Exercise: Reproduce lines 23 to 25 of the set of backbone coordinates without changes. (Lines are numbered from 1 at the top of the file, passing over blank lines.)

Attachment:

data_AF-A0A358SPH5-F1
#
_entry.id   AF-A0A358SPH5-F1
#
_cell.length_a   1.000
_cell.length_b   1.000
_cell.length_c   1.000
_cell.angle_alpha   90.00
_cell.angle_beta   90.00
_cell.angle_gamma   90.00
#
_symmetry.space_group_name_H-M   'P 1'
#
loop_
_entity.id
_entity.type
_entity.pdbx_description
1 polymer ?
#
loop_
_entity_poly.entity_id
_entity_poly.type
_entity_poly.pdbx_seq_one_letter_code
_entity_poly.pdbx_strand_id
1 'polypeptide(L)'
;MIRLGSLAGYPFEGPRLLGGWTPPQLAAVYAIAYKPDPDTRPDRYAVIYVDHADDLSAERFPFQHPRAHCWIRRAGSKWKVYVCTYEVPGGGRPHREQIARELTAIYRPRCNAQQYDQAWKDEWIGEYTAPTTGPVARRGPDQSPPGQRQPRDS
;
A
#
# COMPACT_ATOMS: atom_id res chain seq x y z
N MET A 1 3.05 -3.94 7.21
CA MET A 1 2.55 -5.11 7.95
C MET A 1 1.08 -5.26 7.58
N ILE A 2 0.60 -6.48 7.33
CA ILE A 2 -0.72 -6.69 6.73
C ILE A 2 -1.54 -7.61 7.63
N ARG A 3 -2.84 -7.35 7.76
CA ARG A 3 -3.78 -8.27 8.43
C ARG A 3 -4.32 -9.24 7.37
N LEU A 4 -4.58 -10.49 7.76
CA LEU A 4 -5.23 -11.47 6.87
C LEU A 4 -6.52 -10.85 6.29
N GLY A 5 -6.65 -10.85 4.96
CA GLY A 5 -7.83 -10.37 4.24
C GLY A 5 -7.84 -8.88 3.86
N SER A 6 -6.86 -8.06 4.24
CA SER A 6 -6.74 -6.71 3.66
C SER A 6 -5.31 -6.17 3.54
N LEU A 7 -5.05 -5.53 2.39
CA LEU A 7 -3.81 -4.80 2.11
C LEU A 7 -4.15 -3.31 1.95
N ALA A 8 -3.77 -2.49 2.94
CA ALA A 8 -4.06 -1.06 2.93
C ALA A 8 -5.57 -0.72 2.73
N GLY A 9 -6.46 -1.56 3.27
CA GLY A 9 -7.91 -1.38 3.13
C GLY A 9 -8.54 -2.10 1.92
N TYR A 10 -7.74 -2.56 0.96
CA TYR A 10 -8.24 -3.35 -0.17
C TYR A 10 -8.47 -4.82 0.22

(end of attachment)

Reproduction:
_entity_poly.pdbx_seq_one_letter_code
_entity_poly.pdbx_strand_id
1 'polypeptide(L)'